A Short Biographical Dictionary of English Literature/Cobbett, William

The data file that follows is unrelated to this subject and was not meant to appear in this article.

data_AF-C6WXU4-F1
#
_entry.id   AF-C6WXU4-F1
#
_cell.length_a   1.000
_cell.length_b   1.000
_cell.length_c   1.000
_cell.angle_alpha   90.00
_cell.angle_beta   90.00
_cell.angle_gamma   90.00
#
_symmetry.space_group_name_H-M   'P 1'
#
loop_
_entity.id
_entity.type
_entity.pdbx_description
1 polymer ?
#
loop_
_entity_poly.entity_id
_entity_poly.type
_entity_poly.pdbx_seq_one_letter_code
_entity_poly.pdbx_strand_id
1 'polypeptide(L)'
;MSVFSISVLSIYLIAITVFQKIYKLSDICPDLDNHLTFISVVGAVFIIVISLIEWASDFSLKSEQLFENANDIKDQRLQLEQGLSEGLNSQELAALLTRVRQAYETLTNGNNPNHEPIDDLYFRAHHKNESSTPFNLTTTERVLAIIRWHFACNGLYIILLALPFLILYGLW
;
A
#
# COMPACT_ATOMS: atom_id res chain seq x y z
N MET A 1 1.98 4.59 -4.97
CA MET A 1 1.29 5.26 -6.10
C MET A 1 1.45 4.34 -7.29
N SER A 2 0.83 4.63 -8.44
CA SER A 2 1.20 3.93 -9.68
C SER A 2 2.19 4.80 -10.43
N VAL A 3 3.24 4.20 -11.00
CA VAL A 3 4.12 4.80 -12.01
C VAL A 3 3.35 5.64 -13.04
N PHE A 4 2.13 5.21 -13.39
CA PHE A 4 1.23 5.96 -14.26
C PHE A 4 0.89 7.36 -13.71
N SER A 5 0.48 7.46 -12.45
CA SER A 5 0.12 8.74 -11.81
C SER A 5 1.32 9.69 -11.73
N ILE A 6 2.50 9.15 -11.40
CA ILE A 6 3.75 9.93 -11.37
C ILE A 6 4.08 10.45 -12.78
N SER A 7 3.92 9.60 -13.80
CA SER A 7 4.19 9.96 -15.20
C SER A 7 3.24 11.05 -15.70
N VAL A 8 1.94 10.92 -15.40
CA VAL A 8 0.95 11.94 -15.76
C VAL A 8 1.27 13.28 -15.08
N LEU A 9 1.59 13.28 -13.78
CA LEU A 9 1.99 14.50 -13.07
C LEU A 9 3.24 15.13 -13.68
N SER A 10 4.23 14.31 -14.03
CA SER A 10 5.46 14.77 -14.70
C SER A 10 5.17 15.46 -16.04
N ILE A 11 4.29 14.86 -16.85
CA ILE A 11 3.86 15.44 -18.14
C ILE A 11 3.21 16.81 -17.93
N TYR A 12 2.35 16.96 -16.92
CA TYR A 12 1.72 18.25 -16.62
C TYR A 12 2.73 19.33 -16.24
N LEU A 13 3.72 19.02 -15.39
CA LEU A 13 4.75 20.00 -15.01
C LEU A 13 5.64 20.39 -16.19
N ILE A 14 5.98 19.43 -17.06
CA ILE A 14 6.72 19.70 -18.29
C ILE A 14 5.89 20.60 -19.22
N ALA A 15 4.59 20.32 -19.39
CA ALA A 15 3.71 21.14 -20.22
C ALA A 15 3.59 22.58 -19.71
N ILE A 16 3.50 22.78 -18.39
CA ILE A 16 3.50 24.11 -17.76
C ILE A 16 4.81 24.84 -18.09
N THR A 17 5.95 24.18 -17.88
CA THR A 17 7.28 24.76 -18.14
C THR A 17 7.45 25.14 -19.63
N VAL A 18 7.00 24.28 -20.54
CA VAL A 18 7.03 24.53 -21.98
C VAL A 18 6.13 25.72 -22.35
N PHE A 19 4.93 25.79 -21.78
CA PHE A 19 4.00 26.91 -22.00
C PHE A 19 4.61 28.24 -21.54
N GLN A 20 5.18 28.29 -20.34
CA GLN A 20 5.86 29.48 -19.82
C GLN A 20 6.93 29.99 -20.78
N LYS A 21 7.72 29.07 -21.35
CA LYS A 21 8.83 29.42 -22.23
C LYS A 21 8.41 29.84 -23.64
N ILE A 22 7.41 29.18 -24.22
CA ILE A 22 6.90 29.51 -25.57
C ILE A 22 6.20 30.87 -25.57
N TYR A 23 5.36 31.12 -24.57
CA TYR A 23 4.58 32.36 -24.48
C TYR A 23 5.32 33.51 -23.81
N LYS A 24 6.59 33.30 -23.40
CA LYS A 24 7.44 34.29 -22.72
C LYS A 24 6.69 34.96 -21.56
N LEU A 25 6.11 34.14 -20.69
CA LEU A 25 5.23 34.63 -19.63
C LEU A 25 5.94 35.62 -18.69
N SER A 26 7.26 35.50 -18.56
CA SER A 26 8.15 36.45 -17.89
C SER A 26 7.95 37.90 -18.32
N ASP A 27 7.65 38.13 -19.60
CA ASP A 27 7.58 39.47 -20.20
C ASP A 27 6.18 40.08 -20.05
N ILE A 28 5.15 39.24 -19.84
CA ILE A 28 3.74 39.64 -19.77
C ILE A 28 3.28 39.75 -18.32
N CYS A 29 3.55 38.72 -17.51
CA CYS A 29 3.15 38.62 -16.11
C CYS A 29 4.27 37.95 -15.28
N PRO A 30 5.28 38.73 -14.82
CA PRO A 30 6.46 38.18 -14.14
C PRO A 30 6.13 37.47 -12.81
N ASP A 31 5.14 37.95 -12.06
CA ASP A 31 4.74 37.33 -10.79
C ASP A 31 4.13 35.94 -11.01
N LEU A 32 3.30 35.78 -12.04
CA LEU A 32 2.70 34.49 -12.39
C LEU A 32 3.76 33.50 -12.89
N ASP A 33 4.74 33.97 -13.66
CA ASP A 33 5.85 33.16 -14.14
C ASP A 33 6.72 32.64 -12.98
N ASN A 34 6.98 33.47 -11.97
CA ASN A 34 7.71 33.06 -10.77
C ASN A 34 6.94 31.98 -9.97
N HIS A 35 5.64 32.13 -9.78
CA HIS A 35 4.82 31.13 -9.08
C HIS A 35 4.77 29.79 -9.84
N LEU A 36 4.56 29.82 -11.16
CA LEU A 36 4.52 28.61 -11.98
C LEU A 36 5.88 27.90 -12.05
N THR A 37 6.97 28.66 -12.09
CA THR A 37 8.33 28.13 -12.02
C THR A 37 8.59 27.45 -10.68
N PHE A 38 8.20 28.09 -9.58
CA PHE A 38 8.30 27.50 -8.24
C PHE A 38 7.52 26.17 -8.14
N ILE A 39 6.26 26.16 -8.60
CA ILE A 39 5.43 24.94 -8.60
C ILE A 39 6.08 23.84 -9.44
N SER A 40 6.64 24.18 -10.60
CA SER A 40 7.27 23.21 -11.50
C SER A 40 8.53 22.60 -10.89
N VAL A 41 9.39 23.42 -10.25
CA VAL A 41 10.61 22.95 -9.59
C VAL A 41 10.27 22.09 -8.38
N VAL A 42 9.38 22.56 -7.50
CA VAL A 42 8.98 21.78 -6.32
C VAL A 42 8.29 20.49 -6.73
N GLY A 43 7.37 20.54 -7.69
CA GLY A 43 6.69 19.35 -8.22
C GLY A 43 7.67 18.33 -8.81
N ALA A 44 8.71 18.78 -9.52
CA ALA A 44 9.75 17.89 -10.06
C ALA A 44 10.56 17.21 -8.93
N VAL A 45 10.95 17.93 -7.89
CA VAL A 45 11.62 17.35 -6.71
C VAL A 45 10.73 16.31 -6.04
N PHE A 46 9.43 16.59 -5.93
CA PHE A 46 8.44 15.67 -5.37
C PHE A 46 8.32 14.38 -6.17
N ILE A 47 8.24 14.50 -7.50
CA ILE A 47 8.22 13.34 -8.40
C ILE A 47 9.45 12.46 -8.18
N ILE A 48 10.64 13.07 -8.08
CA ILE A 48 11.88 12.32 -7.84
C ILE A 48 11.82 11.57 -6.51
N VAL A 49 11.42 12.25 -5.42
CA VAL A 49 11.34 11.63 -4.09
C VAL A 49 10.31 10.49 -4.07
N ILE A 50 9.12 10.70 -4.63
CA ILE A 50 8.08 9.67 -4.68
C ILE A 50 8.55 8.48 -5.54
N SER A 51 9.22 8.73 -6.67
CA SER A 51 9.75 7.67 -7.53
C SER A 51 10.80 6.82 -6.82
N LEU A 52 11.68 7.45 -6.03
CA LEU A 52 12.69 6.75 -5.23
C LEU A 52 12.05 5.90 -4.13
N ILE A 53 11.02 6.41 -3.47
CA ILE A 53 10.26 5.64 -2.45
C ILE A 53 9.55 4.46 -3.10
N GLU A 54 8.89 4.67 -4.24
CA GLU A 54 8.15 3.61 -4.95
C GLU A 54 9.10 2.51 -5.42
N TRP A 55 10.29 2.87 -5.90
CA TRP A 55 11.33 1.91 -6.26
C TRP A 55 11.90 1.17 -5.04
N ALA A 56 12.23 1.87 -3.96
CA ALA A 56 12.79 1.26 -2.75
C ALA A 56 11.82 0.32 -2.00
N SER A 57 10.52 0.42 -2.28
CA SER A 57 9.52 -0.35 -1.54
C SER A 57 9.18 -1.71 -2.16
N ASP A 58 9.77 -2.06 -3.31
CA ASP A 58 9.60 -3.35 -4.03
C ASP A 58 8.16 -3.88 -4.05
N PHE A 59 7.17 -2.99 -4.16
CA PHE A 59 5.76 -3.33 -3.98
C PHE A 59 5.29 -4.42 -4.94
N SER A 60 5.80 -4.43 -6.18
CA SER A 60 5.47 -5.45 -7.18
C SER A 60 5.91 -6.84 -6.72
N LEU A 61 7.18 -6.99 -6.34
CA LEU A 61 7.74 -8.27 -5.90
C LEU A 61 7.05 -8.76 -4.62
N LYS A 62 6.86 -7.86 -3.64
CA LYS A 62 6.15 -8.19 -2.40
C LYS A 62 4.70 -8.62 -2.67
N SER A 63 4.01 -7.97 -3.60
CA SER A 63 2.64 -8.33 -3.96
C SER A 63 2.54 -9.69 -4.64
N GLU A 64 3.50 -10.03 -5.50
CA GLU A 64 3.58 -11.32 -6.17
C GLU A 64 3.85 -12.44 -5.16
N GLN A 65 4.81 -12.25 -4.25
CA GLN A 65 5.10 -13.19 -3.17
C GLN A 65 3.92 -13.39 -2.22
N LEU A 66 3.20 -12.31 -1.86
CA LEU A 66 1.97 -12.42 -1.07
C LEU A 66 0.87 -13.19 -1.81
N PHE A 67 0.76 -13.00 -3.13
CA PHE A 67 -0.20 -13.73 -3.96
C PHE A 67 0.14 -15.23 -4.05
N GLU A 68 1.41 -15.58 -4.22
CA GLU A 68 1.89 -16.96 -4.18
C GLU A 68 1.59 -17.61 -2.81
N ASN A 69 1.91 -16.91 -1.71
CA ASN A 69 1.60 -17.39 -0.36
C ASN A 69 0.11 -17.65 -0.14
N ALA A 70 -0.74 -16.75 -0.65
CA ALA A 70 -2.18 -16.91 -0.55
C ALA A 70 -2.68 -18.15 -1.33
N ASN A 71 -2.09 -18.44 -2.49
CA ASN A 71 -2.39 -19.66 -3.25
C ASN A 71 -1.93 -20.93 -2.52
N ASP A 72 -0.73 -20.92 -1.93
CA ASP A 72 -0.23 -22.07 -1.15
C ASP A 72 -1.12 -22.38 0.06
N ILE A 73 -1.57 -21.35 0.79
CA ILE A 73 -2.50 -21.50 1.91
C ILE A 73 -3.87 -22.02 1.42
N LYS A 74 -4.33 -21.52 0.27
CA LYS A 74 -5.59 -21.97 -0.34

Cobbett, William (1762-1835).—Essayist and political writer, b. at Farnham, Surrey, s. of a small farmer, his youth was spent as a farm labourer, a clerk, and in the army, in which his good conduct and intelligence led to his promotion to the rank of sergeant-major. After moving about between England and America, and alternating between journalism and agriculture, in the former of which his daring opposition to men in power got him into frequent trouble and subjected him to heavy fines in both countries, he settled down in England in 1800, and continued his career as a political writer, first as a Tory and then as a Radical. His violent changes of opinion, and the force and severity with which he expressed himself naturally raised up enemies in both camps. In 1817 he went back to America, where he remained for two years. Returning he stood, in 1821, for a seat in Parliament, but was unsuccessful. In 1832, however, he was returned for Oldham, but made no mark as a speaker. C. was one of the best known men of his day. His intellect was narrow, but intensely clear, and he was master of a nervous and idiomatic English style which enabled him to project his ideas into the minds of his readers. His chief writings are English Grammar, Rural Rides, Advice to Young Men and Women. His Weekly Political Register was continued from 1802 until his death.